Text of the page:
So, how does this all tie into the health coaching?  Much of what I learned through my teaching experiences carries into my health coaching practice today.  As we all head into this busy week, many of you will be planning grandiose meals, arranging get-togethers with families and/or friends, and children ready as sponges excited to learn new things.  While I could tell you what nutritious foods to scatter all over your table this year, I find it more fitting to engage in some quality exercises and activities that builds the other component to being healthy – the persona-based and interactive components of our relationships that round out who we are as people.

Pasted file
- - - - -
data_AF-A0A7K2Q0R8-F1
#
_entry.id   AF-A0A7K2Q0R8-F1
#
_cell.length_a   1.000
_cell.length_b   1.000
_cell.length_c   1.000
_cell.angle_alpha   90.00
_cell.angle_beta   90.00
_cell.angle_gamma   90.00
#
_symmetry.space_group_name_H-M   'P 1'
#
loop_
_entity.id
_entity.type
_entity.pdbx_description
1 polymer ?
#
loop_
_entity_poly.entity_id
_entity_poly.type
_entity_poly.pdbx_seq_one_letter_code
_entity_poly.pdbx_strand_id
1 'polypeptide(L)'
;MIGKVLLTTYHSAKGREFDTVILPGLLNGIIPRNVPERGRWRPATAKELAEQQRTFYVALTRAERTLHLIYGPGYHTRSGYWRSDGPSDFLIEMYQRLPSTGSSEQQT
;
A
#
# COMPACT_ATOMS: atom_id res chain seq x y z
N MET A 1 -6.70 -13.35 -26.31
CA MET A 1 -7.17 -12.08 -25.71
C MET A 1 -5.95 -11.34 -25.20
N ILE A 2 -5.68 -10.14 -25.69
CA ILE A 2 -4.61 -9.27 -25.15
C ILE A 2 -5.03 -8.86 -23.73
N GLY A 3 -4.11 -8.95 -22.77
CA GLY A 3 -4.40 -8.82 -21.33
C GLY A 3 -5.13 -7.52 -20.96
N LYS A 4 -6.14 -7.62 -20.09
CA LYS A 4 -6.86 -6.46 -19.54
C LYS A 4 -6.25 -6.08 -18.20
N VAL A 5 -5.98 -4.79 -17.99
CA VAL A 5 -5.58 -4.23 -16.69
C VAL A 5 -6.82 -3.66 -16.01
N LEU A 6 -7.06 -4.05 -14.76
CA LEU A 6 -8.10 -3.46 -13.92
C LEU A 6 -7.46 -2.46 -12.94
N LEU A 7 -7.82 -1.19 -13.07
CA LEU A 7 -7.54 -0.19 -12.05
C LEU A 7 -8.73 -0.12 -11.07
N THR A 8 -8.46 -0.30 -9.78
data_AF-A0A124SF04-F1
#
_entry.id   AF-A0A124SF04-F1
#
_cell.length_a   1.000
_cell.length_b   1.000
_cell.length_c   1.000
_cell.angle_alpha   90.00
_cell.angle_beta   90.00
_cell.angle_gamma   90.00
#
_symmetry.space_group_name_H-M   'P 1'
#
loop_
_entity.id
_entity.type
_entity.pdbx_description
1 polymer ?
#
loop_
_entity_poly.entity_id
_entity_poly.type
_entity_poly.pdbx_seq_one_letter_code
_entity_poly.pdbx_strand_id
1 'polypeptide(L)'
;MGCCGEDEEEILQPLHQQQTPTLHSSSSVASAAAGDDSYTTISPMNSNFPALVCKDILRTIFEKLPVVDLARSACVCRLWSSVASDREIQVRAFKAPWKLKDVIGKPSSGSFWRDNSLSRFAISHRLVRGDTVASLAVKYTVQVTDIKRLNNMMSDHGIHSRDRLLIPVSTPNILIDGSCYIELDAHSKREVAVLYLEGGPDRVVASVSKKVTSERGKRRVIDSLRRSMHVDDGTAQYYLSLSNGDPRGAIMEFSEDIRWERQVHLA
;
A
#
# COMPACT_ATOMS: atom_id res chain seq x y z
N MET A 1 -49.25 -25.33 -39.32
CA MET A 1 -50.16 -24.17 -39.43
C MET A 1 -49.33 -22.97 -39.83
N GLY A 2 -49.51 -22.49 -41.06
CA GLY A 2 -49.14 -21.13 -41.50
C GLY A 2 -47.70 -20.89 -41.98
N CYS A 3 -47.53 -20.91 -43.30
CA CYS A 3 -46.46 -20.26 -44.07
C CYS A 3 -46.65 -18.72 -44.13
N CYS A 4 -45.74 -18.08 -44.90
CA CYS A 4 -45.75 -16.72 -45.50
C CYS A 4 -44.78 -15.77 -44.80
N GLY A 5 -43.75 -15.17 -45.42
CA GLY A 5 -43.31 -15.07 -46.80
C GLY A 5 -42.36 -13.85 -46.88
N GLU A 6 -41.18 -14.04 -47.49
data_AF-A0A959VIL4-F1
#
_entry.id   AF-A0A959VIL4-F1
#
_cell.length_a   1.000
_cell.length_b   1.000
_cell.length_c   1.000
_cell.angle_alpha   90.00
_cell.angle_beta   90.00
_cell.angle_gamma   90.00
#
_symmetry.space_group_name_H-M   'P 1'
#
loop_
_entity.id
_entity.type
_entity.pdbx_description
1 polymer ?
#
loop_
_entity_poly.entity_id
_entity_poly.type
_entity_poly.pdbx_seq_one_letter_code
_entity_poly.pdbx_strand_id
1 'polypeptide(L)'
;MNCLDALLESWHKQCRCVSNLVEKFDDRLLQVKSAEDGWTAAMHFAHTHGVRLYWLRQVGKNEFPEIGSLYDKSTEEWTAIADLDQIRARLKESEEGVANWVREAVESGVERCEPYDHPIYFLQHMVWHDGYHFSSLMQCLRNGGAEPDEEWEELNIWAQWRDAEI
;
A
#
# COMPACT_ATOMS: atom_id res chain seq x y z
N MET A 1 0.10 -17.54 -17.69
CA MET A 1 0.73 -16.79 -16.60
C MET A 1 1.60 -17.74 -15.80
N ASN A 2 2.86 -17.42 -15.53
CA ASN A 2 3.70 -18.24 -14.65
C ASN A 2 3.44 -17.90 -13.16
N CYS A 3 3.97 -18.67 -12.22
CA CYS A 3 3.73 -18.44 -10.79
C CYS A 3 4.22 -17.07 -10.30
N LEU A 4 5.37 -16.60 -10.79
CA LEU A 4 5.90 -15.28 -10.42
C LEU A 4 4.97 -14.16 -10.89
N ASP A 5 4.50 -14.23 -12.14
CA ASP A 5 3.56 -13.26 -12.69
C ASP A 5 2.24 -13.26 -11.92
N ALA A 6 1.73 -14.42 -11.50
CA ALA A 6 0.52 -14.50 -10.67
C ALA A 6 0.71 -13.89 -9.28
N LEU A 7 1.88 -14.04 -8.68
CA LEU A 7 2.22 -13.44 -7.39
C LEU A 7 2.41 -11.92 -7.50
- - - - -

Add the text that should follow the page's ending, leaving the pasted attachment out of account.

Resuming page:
For starters, get children involved!  Whether it be helping to shop for everything that will be prepared, cooking in the kitchen, decorating the table, or making fun crafts, include the kids.  Be clear on directions and make it fun.  Break tasks down into simple steps, and even use pictures for them to follow if reading is not mastered yet.  It is amazing how much you can teach a child when cooking together in the kitchen.  You can practice counting, colors, measuring, multiplying and dividing, letter recognition, word association, compare/contrast, creative thinking….the list goes on.  Patience is key, so see what things you can prepare in advance so you don’t have to contend with the pressures of time on Thanksgiving day.  Check out this awesome list of ideas here by